Good luck if you have no grit: highlights from the 99% Conference

Bestselling author Jonah Lehrer lays out how Bob Dylan, Beethoven, and Einstein achieved success.
Written by Sonya James, Contributor
Jocelyn K. Glei behind the scenes at the 99% Conference (photographed by Parris Wittingham)

NEW YORK CITY – “In essence, Twitter is the new marshmallow,” writes Jocelyn K. Glei, Editor-in-Chief of 99%.

For the annual 99% Conference, Glei lined up a crew of creative industry thinkers and makers to speak about what it takes to not only have great ideas, but to execute them effectively.

Over the two-day event authors, artists, educators, CEOs, entrepreneurs, and designers unraveled how we can avoid the marshmallows of today.

Remember Stanford psychologist Walter Mischel’s Marshmallow Test? In the late 1960s researchers famously experimented on a group of children (I swear this ends well).

A marshmallow (or other sweet delight) was placed in front of each child. Then the researchers said something along the lines of, “You can eat the treat now, or if you wait 15 minutes we will give you another one.”

The researchers showed up again when the children were in high school. Those who refrained from eating the treat were, in essence, having a better go at it.  These early displays of self-control lead to higher grades, less addiction, and being generally better behaved.

But self-control is actually an outdated measure of future success. If Twitter is the new marshmallow, what character trait keeps us from glancing down at our phones? How do we get the air quotes off "that novel we’re writing"? How do we stop refreshing our email or browsing acquaintance's photos on Facebook?

According to author Jonah Lehrer, we use “grit”.

Jonah Lehrer at The 99% Conference (photographed by Parris Wittingham)

For a bestselling author known for writing on neuroscience, Lehrer is surprisingly chic. He stood in front of the 400 or so attendees with a hip young Brandoesque confidence.

“What defines the 99%? “ Lehrer asked the crowd – and no, not the financially suffering 99%.

Lehrer is referring to the Thomas Edison quote “Genius is 1% inspiration, and 99% perspiration – “ which Behance, the company behind The 99% Conference also referenced (before an international movement re-articulated the equation).

“When you look at highly successful creative people – those epicreators on the far right side of the bell curve,” Lehrer said, “Bob Dylan, Pablo Picasso, Steve Jobs – and you ask yourself, “What makes them special? What makes them different from you and me?” At first glance, the answer isn’t clear.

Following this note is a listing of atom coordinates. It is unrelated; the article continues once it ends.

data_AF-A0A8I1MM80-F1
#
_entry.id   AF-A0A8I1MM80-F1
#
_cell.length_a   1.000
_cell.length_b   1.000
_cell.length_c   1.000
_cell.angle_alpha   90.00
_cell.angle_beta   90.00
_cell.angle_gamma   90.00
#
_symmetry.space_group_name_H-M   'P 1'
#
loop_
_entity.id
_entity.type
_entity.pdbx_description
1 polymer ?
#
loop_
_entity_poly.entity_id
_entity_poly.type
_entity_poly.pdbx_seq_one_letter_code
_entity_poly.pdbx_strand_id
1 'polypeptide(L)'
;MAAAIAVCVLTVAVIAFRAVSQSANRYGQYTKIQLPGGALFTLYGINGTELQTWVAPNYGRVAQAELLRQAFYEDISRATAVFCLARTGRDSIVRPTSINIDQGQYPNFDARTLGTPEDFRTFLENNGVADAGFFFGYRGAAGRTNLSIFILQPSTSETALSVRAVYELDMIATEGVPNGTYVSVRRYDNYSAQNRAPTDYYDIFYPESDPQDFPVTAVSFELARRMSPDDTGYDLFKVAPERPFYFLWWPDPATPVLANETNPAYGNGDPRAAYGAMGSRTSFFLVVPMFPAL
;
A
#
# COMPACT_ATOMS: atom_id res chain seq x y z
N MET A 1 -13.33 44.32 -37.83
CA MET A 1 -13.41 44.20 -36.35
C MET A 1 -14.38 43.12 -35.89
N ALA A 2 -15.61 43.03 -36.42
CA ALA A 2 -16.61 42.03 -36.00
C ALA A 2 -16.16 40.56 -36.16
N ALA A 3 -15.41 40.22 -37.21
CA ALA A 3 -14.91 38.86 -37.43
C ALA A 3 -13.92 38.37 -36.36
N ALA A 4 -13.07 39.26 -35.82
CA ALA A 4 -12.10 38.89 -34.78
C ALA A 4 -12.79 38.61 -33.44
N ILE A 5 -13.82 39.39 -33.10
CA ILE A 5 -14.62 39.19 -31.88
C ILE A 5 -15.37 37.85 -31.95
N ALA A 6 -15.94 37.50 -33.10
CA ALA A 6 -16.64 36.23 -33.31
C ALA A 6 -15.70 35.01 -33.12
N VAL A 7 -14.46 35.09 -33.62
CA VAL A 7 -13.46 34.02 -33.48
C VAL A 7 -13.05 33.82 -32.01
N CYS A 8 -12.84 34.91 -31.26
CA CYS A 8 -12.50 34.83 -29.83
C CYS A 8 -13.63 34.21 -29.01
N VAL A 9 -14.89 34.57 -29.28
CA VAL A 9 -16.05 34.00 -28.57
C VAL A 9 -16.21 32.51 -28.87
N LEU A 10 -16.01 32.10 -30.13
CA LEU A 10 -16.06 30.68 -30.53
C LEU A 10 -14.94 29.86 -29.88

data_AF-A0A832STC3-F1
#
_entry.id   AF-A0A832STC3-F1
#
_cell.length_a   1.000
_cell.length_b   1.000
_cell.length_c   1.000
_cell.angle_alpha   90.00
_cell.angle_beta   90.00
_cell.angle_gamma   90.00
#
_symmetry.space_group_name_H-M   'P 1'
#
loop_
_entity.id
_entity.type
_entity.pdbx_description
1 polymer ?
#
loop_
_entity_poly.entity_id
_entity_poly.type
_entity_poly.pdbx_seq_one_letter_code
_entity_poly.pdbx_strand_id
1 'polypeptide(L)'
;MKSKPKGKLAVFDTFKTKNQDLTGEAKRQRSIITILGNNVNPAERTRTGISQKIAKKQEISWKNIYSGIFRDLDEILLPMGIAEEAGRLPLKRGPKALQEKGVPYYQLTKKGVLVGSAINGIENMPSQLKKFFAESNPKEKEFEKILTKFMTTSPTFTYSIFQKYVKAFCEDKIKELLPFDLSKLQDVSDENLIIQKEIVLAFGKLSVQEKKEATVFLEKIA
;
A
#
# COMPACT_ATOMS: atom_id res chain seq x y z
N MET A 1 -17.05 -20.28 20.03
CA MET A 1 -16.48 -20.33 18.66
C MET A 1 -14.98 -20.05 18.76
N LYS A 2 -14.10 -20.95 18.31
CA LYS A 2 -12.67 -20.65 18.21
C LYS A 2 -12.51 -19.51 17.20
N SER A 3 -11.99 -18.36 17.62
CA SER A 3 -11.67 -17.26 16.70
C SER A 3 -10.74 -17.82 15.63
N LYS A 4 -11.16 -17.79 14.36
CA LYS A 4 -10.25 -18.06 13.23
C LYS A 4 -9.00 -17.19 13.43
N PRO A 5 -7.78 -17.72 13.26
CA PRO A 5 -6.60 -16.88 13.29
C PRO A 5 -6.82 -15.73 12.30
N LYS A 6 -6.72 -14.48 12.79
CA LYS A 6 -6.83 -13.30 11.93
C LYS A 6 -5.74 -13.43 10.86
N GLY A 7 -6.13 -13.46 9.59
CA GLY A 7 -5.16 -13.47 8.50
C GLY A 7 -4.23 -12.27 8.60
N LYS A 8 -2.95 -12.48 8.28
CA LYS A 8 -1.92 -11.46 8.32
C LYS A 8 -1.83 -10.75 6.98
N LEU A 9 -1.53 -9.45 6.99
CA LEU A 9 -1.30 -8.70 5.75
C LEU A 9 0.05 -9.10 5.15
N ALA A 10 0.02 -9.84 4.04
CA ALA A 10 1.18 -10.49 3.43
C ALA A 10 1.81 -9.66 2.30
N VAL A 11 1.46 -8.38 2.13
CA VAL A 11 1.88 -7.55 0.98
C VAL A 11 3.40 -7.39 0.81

You can give them an IQ test and it turns out they’ll look pretty normal,” Lehrer continued. “They are not really smarter than the general population. You can give them a battery of old-fashioned personality tests, Myers-Briggs and all the rest. Once again, they’ll look pretty normal.

Instead what psychologists have begun to discover in recent years is sure enough, they are different from us. And the character trait that sets them apart is a character trait called grit.

Stubbornness, persistence, single mindedness. Grit is the stubborn refusal to quit.”

Above any other measure, a person’s level of grittiness will reveal their ability to execute ideas and sustain long-term goals.

University of Pennsylvania professor Angela Duckworth coined the term grit by taking the marshmallow experiment an essential step further.

In 2005, West Point military academy found itself in a tricky situation. Five percent of its new attendees were dropping out. Why were so many kids quitting? Yes it was tough training, but the academy’s submissions process was extensive.

West Point did a slew of tests trying to figure out how to foresee which candidates would succeed. Nothing worked.

In stepped Duckworth.

Duckworth came up with a simple, three-minute, twelve-question survey. It covered two domains: how single minded are you? And, how do you react to the inevitable frustrations and failures along the way?

For the first time in West Point history, success rates were predicted accurately.

“Grit allows us to practice the right way, which is not the fun way,” Lehrer said.

Since 2005, Duckworth has shown in field after field that grit is the single best predictor of success.

“Which entrepreneurs are going to make the most money three years out of business school? The ones with the highest levels of grit,” Lehrer added.

Example after example shows that grit – this uncompromising stick-to-itiveness – trumps the grandeur of a genius idea every time.

“Grit allows us to keep on going,” said Lehrer, emphasizing each word.

On one hand, it is heartening to know that hard work pays off. On the other hand, Lehrer did not seem to notice the elephant in the room.

Is grit something you are born with?

If the answer is no, perhaps other speakers at the 99% Conference can offer some solace. Keith Yamashita will tell you what your superpower is – and I promise, everybody has one.

[Images: 99%; Parris Wittingham Studio]

This post was originally published on Smartplanet.com

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